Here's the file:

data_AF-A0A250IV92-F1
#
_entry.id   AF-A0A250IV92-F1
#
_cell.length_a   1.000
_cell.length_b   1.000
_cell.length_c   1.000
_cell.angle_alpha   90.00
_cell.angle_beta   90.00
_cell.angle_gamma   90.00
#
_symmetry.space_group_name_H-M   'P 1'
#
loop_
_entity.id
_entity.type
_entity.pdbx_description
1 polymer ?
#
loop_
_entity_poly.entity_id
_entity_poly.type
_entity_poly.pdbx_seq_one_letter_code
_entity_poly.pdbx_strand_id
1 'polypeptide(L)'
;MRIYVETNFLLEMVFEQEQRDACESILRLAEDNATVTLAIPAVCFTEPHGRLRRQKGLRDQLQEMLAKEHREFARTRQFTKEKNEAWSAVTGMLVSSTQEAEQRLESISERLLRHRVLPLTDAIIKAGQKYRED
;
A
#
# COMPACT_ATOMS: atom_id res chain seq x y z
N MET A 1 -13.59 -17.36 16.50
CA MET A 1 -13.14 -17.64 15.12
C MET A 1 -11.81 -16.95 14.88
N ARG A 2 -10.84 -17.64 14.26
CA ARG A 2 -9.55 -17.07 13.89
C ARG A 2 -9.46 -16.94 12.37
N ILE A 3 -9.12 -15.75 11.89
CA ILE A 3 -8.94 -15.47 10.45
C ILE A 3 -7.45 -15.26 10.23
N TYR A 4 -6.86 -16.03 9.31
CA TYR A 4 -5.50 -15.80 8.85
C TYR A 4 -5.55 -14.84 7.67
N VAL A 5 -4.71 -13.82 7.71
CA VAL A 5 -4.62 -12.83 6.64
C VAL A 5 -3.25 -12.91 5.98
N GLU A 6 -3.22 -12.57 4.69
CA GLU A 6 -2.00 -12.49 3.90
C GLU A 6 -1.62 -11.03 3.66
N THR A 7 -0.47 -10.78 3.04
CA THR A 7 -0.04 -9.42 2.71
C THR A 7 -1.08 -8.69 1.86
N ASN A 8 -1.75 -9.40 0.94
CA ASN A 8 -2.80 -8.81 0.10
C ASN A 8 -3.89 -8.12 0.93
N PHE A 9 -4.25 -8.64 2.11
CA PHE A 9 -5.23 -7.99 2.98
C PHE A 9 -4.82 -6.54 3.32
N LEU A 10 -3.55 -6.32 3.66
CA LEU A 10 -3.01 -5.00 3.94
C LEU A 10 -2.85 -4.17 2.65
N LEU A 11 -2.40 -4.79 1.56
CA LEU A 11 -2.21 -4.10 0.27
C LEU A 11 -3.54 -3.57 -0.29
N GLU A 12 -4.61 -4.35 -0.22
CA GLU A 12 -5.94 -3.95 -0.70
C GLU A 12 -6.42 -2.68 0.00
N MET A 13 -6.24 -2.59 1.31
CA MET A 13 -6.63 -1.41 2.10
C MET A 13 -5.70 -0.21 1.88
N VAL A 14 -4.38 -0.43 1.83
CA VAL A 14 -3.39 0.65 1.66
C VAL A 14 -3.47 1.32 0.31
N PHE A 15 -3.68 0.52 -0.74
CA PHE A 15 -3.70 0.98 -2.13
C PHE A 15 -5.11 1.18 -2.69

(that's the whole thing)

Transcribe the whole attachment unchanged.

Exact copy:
data_AF-A0A250IV92-F1
#
_entry.id   AF-A0A250IV92-F1
#
_cell.length_a   1.000
_cell.length_b   1.000
_cell.length_c   1.000
_cell.angle_alpha   90.00
_cell.angle_beta   90.00
_cell.angle_gamma   90.00
#
_symmetry.space_group_name_H-M   'P 1'
#
loop_
_entity.id
_entity.type
_entity.pdbx_description
1 polymer ?
#
loop_
_entity_poly.entity_id
_entity_poly.type
_entity_poly.pdbx_seq_one_letter_code
_entity_poly.pdbx_strand_id
1 'polypeptide(L)'
;MRIYVETNFLLEMVFEQEQRDACESILRLAEDNATVTLAIPAVCFTEPHGRLRRQKGLRDQLQEMLAKEHREFARTRQFTKEKNEAWSAVTGMLVSSTQEAEQRLESISERLLRHRVLPLTDAIIKAGQKYRED
;
A
#
# COMPACT_ATOMS: atom_id res chain seq x y z
N MET A 1 -13.59 -17.36 16.50
CA MET A 1 -13.14 -17.64 15.12
C MET A 1 -11.81 -16.95 14.88
N ARG A 2 -10.84 -17.64 14.26
CA ARG A 2 -9.55 -17.07 13.89
C ARG A 2 -9.46 -16.94 12.37
N ILE A 3 -9.12 -15.75 11.89
CA ILE A 3 -8.94 -15.47 10.45
C ILE A 3 -7.45 -15.26 10.23
N TYR A 4 -6.86 -16.03 9.31
CA TYR A 4 -5.50 -15.80 8.85
C TYR A 4 -5.55 -14.84 7.67
N VAL A 5 -4.71 -13.82 7.71
CA VAL A 5 -4.62 -12.83 6.64
C VAL A 5 -3.25 -12.91 5.98
N GLU A 6 -3.22 -12.57 4.69
CA GLU A 6 -2.00 -12.49 3.90
C GLU A 6 -1.62 -11.03 3.66
N THR A 7 -0.47 -10.78 3.04
CA THR A 7 -0.04 -9.42 2.71
C THR A 7 -1.08 -8.69 1.86
N ASN A 8 -1.75 -9.40 0.94
CA ASN A 8 -2.80 -8.81 0.10
C ASN A 8 -3.89 -8.12 0.93
N PHE A 9 -4.25 -8.64 2.11
CA PHE A 9 -5.23 -7.99 2.98
C PHE A 9 -4.82 -6.54 3.32
N LEU A 10 -3.55 -6.32 3.66
CA LEU A 10 -3.01 -5.00 3.94
C LEU A 10 -2.85 -4.17 2.65
N LEU A 11 -2.40 -4.79 1.56
CA LEU A 11 -2.21 -4.10 0.27
C LEU A 11 -3.54 -3.57 -0.29
N GLU A 12 -4.61 -4.35 -0.22
CA GLU A 12 -5.94 -3.95 -0.70
C GLU A 12 -6.42 -2.68 0.00
N MET A 13 -6.24 -2.59 1.31
CA MET A 13 -6.63 -1.41 2.10
C MET A 13 -5.70 -0.21 1.88
N VAL A 14 -4.38 -0.43 1.83
CA VAL A 14 -3.39 0.65 1.66
C VAL A 14 -3.47 1.32 0.31
N PHE A 15 -3.68 0.52 -0.74
CA PHE A 15 -3.70 0.98 -2.13
C PHE A 15 -5.11 1.18 -2.69